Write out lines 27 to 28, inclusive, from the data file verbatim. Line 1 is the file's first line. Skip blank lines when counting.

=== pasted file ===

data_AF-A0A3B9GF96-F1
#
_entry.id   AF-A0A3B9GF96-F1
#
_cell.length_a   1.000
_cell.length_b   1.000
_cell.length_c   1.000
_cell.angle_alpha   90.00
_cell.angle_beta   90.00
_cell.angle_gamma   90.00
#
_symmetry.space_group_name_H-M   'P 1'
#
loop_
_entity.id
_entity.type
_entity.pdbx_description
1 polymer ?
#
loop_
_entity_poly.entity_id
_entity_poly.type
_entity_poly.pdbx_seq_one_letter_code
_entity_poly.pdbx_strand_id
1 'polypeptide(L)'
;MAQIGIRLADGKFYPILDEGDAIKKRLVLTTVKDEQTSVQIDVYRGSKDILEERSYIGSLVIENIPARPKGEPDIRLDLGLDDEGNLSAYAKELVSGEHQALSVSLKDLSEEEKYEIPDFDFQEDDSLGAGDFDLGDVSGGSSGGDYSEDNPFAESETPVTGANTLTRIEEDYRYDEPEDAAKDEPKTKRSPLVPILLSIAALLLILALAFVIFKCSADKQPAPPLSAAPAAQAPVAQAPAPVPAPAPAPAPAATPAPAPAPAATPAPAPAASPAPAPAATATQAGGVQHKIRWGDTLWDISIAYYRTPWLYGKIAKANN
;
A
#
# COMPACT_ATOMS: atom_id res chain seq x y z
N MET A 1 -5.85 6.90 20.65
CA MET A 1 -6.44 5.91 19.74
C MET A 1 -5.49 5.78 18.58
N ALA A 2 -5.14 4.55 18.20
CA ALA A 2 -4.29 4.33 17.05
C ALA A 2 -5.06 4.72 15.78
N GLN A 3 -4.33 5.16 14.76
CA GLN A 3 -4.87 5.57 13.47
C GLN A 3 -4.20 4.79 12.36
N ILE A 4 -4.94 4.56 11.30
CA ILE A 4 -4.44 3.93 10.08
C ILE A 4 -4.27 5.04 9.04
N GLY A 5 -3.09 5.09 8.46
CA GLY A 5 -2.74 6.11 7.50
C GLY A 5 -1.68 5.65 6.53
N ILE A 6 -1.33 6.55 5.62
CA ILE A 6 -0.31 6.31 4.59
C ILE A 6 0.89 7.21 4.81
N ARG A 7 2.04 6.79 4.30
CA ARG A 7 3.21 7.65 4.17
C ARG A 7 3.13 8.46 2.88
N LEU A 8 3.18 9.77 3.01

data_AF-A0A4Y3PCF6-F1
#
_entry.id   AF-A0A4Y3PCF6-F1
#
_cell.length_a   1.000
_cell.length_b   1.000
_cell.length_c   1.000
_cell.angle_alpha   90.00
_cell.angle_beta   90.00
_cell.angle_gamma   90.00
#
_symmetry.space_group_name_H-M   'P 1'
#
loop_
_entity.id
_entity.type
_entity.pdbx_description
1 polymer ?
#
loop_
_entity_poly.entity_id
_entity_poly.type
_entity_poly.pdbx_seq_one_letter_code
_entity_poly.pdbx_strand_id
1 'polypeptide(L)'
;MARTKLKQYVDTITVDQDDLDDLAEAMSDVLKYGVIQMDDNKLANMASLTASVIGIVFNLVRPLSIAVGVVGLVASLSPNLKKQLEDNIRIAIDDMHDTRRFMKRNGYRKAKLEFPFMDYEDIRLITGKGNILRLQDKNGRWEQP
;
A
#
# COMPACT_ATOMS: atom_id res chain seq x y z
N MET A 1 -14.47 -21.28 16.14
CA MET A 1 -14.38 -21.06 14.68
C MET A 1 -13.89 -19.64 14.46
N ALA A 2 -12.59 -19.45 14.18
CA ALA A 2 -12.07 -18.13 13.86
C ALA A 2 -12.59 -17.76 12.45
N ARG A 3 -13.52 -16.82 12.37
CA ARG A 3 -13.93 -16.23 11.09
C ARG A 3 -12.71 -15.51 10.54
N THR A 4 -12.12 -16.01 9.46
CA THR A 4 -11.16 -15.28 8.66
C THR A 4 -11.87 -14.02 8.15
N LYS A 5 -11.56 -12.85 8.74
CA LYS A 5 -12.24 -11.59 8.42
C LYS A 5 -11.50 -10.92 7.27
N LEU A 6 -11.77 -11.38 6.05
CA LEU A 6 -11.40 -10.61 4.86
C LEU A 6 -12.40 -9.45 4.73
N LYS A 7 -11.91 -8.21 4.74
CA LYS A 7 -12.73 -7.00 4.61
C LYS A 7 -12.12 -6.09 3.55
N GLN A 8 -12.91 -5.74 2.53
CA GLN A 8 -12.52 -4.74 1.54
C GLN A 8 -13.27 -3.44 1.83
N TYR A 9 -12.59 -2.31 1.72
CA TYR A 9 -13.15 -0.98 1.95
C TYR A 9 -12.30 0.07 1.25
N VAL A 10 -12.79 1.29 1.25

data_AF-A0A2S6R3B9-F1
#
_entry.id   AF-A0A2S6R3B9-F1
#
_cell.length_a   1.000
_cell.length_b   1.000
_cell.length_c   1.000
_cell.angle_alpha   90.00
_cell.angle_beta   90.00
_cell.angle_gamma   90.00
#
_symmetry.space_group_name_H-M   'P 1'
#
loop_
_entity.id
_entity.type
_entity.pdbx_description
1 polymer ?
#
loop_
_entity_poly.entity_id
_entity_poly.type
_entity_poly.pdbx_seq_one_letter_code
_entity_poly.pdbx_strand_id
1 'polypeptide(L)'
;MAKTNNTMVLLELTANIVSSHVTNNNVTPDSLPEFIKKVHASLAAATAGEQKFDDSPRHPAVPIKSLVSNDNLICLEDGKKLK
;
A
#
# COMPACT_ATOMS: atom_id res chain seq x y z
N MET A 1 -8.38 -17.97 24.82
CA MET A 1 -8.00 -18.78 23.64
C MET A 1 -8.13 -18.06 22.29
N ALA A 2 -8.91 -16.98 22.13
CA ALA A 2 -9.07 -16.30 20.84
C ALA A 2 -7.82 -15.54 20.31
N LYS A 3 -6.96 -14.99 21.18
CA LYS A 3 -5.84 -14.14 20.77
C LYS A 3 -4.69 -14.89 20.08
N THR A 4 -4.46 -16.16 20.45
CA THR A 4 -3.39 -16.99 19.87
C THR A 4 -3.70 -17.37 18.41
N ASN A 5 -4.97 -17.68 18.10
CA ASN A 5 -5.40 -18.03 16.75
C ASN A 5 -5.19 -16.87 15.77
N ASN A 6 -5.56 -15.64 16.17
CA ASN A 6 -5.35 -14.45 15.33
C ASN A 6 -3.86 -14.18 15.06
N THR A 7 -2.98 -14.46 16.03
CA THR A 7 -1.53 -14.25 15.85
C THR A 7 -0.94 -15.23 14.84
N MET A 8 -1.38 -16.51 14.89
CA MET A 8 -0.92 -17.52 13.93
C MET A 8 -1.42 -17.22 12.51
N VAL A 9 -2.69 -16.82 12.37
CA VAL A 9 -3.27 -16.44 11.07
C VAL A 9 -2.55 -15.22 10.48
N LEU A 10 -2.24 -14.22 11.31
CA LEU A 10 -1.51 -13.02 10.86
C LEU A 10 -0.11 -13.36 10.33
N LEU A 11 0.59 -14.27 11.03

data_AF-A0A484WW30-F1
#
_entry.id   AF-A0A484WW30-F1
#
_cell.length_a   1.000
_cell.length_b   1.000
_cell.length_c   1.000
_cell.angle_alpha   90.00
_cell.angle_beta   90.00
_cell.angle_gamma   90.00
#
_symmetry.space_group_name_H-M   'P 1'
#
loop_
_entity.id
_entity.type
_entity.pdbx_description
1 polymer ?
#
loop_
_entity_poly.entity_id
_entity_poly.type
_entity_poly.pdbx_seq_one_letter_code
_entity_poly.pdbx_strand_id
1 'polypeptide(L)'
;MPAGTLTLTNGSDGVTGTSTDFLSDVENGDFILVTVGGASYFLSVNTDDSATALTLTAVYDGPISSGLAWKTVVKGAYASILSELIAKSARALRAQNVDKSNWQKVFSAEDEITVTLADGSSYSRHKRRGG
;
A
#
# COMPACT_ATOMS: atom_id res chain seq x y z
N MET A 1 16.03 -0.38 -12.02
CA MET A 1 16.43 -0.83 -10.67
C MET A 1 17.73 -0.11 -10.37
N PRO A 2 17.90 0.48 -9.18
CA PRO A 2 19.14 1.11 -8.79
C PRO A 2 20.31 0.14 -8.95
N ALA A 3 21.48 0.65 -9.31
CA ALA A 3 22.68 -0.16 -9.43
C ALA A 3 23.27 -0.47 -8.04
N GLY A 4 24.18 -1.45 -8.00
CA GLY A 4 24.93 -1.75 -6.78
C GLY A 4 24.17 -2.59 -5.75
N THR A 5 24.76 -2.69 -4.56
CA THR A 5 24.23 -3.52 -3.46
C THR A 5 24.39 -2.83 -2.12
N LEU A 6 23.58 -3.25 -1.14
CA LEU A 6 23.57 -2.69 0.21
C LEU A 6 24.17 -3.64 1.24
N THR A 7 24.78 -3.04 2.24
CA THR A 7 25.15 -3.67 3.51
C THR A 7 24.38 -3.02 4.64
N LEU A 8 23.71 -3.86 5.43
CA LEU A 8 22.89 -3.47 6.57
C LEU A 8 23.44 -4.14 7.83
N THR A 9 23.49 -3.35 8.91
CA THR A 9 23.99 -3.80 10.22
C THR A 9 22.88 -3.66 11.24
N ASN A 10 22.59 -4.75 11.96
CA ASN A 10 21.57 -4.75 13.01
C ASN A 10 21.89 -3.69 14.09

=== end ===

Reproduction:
;
A